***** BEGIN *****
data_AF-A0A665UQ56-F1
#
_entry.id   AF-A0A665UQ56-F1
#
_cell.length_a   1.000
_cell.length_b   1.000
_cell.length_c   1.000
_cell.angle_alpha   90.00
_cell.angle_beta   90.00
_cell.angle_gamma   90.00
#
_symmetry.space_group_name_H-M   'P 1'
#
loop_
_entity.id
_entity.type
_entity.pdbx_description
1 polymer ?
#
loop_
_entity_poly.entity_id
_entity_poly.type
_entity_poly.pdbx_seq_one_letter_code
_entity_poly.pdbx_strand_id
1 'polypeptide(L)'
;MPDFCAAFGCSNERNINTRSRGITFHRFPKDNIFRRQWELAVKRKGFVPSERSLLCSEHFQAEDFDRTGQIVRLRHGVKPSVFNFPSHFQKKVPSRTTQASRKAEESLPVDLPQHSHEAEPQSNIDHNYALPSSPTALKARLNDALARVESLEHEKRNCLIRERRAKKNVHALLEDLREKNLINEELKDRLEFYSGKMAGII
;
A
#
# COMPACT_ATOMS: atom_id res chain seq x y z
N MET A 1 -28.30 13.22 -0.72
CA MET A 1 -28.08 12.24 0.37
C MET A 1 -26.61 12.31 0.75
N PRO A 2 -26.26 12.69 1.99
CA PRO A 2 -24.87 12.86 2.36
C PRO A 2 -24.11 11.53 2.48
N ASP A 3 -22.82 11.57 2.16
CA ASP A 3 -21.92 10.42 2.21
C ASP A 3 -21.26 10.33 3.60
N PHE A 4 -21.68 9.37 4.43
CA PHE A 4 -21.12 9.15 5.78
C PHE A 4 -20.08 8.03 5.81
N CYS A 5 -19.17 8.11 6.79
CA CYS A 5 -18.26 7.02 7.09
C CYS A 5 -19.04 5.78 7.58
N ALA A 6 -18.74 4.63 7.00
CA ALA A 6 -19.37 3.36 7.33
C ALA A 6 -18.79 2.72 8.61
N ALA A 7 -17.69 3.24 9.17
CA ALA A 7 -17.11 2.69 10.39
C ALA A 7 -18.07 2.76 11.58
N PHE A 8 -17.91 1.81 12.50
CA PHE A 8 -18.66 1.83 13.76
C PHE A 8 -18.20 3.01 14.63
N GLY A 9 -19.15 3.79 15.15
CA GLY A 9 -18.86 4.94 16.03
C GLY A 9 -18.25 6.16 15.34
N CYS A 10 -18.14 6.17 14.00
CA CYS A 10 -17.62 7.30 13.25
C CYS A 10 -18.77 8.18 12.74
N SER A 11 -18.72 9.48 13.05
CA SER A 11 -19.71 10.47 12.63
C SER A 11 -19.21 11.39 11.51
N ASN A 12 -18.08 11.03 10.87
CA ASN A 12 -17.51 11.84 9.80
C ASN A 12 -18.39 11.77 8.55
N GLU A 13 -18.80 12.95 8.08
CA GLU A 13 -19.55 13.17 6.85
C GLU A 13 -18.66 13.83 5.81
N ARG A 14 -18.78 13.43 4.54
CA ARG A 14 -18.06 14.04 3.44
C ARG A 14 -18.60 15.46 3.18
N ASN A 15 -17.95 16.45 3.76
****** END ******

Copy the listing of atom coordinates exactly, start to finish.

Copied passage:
data_AF-A0A665UQ56-F1
#
_entry.id   AF-A0A665UQ56-F1
#
_cell.length_a   1.000
_cell.length_b   1.000
_cell.length_c   1.000
_cell.angle_alpha   90.00
_cell.angle_beta   90.00
_cell.angle_gamma   90.00
#
_symmetry.space_group_name_H-M   'P 1'
#
loop_
_entity.id
_entity.type
_entity.pdbx_description
1 polymer ?
#
loop_
_entity_poly.entity_id
_entity_poly.type
_entity_poly.pdbx_seq_one_letter_code
_entity_poly.pdbx_strand_id
1 'polypeptide(L)'
;MPDFCAAFGCSNERNINTRSRGITFHRFPKDNIFRRQWELAVKRKGFVPSERSLLCSEHFQAEDFDRTGQIVRLRHGVKPSVFNFPSHFQKKVPSRTTQASRKAEESLPVDLPQHSHEAEPQSNIDHNYALPSSPTALKARLNDALARVESLEHEKRNCLIRERRAKKNVHALLEDLREKNLINEELKDRLEFYSGKMAGII
;
A
#
# COMPACT_ATOMS: atom_id res chain seq x y z
N MET A 1 -28.30 13.22 -0.72
CA MET A 1 -28.08 12.24 0.37
C MET A 1 -26.61 12.31 0.75
N PRO A 2 -26.26 12.69 1.99
CA PRO A 2 -24.87 12.86 2.36
C PRO A 2 -24.11 11.53 2.48
N ASP A 3 -22.82 11.57 2.16
CA ASP A 3 -21.92 10.42 2.21
C ASP A 3 -21.26 10.33 3.60
N PHE A 4 -21.68 9.37 4.43
CA PHE A 4 -21.12 9.15 5.78
C PHE A 4 -20.08 8.03 5.81
N CYS A 5 -19.17 8.11 6.79
CA CYS A 5 -18.26 7.02 7.09
C CYS A 5 -19.04 5.78 7.58
N ALA A 6 -18.74 4.63 7.00
CA ALA A 6 -19.37 3.36 7.33
C ALA A 6 -18.79 2.72 8.61
N ALA A 7 -17.69 3.24 9.17
CA ALA A 7 -17.11 2.69 10.39
C ALA A 7 -18.07 2.76 11.58
N PHE A 8 -17.91 1.81 12.50
CA PHE A 8 -18.66 1.83 13.76
C PHE A 8 -18.20 3.01 14.63
N GLY A 9 -19.15 3.79 15.15
CA GLY A 9 -18.86 4.94 16.03
C GLY A 9 -18.25 6.16 15.34
N CYS A 10 -18.14 6.17 14.00
CA CYS A 10 -17.62 7.30 13.25
C CYS A 10 -18.77 8.18 12.74
N SER A 11 -18.72 9.48 13.05
CA SER A 11 -19.71 10.47 12.63
C SER A 11 -19.21 11.39 11.51
N ASN A 12 -18.08 11.03 10.87
CA ASN A 12 -17.51 11.84 9.80
C ASN A 12 -18.39 11.77 8.55
N GLU A 13 -18.80 12.95 8.08
CA GLU A 13 -19.55 13.17 6.85
C GLU A 13 -18.66 13.83 5.81
N ARG A 14 -18.78 13.43 4.54
CA ARG A 14 -18.06 14.04 3.44
C ARG A 14 -18.60 15.46 3.18
N ASN A 15 -17.95 16.45 3.76